FW Aquaculture

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Freshwater Aquaculture (FAC-211)Books 1. Hand book of fisheries and aquaculture. (ICAR book by Dr. S. Ayyappan) 2. Freshwater Aquaculture (By R. K. Rath) 3. Aquaculture : Principles & Practices (By T.V.R. Pillay)

Cultivable fish species Carps, catfishes, prawns and mussels. Diverse to suit varied ecological conditions of different water bodies as also to meet the regional preferences. Technologies available for breeding and culture of air breathing (Clarias batrachus, Heteropneustes fossilis) and non airbreathing catfish (Wallago attu, Mystus seenghala, M. aor and Pungasius pungasius)

FW prawn Macrobrachium rosenbergii and M. malcolmsonii imp. For hatchery and grow out system. Culture of FW pearl through nuclei implantation in the bivalve, Lamellidens spp. Recently chinese large bivalve Hyriopsis introduced for pearl culture. Cultivation of aquatic weed makhana, Euryale ferox and water chestnut, trapa bispinosa, blue green algae spirulina spp. And biofertilizers like Azolla and duckweeds Lemna, Spirodela, Wolfia etc useful in waste tr

Coldwater aquaculture Cultivable fish species are Trout (Brown & rainbow trout), Indian trout (Schizothorax spp), Mahseer, Common carp including mirror carp among cyprinidae. Modern trout farms in India Himachal Pradesh trout farm, J & K trout farm. Mahseer breeding.

The potential cultivable species have gained importance due to excellent food value, delicious taste, better meat quality and consumer preferences.

Water resourcesPonds & tanks 2.25 million ha Beels & derelict waters 1.3 million ha Lakes & reservoirs 2.09 million ha Irrigation cannals & channels 0.12 m Km Paddy field 2.3 million ha Considering the availability of water area of ponds & tanks only 45% utilized shows the potential of horizontal expansion

Fish production FW aquaculture account over 70% of total inland fish production. Both Indian and exotic carp contribute over 90% of total freshwater aquaculture production. FFDAs enhanced the average productivity from 500 to about 2000 Kg/Ha/yr however the potential of technologies at 15 tonnes/Ha/yr.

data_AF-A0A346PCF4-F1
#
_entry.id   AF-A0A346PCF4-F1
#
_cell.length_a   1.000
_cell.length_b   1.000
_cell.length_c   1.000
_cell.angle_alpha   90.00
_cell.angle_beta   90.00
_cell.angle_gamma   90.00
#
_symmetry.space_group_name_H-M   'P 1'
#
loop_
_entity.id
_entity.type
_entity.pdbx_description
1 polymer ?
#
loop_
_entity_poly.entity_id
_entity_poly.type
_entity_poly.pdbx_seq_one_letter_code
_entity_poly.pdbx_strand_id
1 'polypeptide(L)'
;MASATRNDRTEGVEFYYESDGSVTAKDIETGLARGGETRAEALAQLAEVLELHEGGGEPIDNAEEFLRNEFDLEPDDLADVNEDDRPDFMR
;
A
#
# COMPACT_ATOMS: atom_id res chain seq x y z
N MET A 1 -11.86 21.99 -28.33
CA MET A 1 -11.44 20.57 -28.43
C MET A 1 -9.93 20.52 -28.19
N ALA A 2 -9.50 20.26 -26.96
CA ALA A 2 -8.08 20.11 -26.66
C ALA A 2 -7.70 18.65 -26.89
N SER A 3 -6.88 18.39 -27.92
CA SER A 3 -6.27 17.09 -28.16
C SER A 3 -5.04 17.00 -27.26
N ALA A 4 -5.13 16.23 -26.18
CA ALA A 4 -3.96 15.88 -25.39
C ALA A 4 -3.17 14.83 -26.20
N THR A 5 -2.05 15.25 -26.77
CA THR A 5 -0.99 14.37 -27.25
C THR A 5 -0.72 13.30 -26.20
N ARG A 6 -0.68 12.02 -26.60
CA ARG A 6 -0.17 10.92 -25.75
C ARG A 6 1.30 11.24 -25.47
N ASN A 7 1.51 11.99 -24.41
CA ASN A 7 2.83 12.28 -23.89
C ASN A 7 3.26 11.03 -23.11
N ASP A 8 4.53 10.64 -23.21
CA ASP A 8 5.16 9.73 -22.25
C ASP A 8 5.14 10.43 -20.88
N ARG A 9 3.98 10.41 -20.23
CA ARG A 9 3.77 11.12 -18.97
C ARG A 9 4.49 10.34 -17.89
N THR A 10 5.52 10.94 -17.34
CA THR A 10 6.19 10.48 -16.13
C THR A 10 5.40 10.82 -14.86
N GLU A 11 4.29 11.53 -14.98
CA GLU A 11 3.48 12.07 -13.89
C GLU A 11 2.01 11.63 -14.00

Fish production range under different culture systemsSl. No. Culture system 1 2 3 4 5 6 7 8 9 10 11 12 Composite fish culture Intensive culture Clarias culture Sewage-fed fish Integrated fish Pen culture Cage culture Running water fish Shrimp farming Aquatic weed based Biogas slurry based Makhana & air breathing fish Average production rates (T/ha/yr) 4-6 10-15 3-5 3-5 3-5 4-5 10-15 25-50 kg/m3 2-5 3-4 3-5 1.52 + 94 kg makhana

Azolla

FW mussel

Lemna

Spirulina

Makhana (Euyale spp.)

Mud Crab Pen

Cage culture

Culture of Indian Major CarpsManagement of Nursery Ponds Pond may be either existing one or newly constructed Pond Preparation The shape of pond must be rectangular and pond direction should ne east to west. Size of pond should be 0.03 to 0.05 ha with water depth of 1 to 1.5 m. There should be screen at inlet and outlet. It is necessary to expose pond bottom to the sunlight for better mineralization, escape of toxic gases and to keep free from aquatic insects, aquatic weeds, predatory fishes. Steps (Pre-stocking) 1.Eradiation of aquatic weeds. 2.Removal of unwanted fish. 3.Application of lime. 4.Fertilization. 5.Control of aquatic insects.

1. Aquatic weedsIt is defined as unwanted and undesirable vegetation that grow in waters and if unchecked causes serious problems in fish culture. Based on the habitat, classified into floating, submerged, emergent, marginal, filamentous and algal blooms. a. Floating weeds Dont have roots, they may be floating in water with leaves over surface of water, drifted by water currents and waves induced by winds. They are more problematic than the other kind of weeds. Eg. Eichhornia (Water Hyacinth), Pistia (Water Lettuce), Salvenia (Water Fern), Duck weed (Lemna, Azolla, Spirodella) Submerged weeds Present in water column and not seen above water surface, some are rooted at the bottom of the ponds while some are non-rooted. Rooted weeds Hydrilla, Vallisneria (Tape grass), Potamogeton, Otelia, Najas, Chara (Stone wort), Non-rooted Ceratophyllum, Utricularia Emergent weed - Rooted at the pond bottom but leaves are floating above surface of water. Eg. Nymphia, Nelumbo, Nymphoides, Myriophyllum.

b.

c.

d.

Marginal weeds They are grown at edge of ponds or at interphase between land and water, grow over moist land. Eg. Typha, Marselia, Cyperus. Filamentous algae and algal blooms Scum or mat forming type and found floating at pond surface. Eg. Spirogyra. Algal blooms are formed by unicellular algae. Eg. Microcystis, Euglena.They are formed due to over fertilization or due to input of excess nutrients.

e.